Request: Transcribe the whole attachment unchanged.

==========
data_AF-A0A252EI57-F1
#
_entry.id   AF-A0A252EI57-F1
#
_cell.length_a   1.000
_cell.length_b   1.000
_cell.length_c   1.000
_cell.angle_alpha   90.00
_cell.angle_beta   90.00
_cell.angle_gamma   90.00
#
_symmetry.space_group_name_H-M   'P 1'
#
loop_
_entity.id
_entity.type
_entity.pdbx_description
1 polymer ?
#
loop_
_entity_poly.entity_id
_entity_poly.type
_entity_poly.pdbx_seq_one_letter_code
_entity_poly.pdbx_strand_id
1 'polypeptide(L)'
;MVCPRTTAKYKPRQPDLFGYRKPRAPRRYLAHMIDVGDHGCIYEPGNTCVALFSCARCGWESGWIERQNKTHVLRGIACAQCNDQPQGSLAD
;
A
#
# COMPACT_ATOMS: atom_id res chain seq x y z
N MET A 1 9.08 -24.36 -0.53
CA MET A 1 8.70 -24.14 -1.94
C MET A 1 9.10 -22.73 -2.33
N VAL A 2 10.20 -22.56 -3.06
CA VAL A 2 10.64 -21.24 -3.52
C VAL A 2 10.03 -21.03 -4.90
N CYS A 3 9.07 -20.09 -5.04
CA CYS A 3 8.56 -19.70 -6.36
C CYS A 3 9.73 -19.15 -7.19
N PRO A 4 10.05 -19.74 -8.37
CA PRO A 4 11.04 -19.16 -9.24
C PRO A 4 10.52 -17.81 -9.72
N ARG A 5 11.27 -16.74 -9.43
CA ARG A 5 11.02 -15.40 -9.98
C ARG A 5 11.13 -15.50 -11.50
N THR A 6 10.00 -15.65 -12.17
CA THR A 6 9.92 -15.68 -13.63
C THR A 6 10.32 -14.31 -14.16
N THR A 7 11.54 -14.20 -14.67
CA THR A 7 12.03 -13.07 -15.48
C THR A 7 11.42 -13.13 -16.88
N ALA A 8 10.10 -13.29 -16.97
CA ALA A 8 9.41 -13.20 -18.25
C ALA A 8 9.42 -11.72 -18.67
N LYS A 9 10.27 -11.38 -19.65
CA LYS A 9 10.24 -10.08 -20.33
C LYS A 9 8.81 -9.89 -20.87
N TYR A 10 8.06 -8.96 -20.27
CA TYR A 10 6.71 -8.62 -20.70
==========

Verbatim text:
data_AF-A0A252EI57-F1
#
_entry.id   AF-A0A252EI57-F1
#
_cell.length_a   1.000
_cell.length_b   1.000
_cell.length_c   1.000
_cell.angle_alpha   90.00
_cell.angle_beta   90.00
_cell.angle_gamma   90.00
#
_symmetry.space_group_name_H-M   'P 1'
#
loop_
_entity.id
_entity.type
_entity.pdbx_description
1 polymer ?
#
loop_
_entity_poly.entity_id
_entity_poly.type
_entity_poly.pdbx_seq_one_letter_code
_entity_poly.pdbx_strand_id
1 'polypeptide(L)'
;MVCPRTTAKYKPRQPDLFGYRKPRAPRRYLAHMIDVGDHGCIYEPGNTCVALFSCARCGWESGWIERQNKTHVLRGIACAQCNDQPQGSLAD
;
A
#
# COMPACT_ATOMS: atom_id res chain seq x y z
N MET A 1 9.08 -24.36 -0.53
CA MET A 1 8.70 -24.14 -1.94
C MET A 1 9.10 -22.73 -2.33
N VAL A 2 10.20 -22.56 -3.06
CA VAL A 2 10.64 -21.24 -3.52
C VAL A 2 10.03 -21.03 -4.90
N CYS A 3 9.07 -20.09 -5.04
CA CYS A 3 8.56 -19.70 -6.36
C CYS A 3 9.73 -19.15 -7.19
N PRO A 4 10.05 -19.74 -8.37
CA PRO A 4 11.04 -19.16 -9.24
C PRO A 4 10.52 -17.81 -9.72
N ARG A 5 11.27 -16.74 -9.43
CA ARG A 5 11.02 -15.40 -9.98
C ARG A 5 11.13 -15.50 -11.50
N THR A 6 10.00 -15.65 -12.17
CA THR A 6 9.92 -15.68 -13.63
C THR A 6 10.32 -14.31 -14.16
N THR A 7 11.54 -14.20 -14.67
CA THR A 7 12.03 -13.07 -15.48
C THR A 7 11.42 -13.13 -16.88
N ALA A 8 10.10 -13.29 -16.97
CA ALA A 8 9.41 -13.20 -18.25
C ALA A 8 9.42 -11.72 -18.67
N LYS A 9 10.27 -11.38 -19.65
CA LYS A 9 10.24 -10.08 -20.33
C LYS A 9 8.81 -9.89 -20.87
N TYR A 10 8.06 -8.96 -20.27
CA TYR A 10 6.71 -8.62 -20.70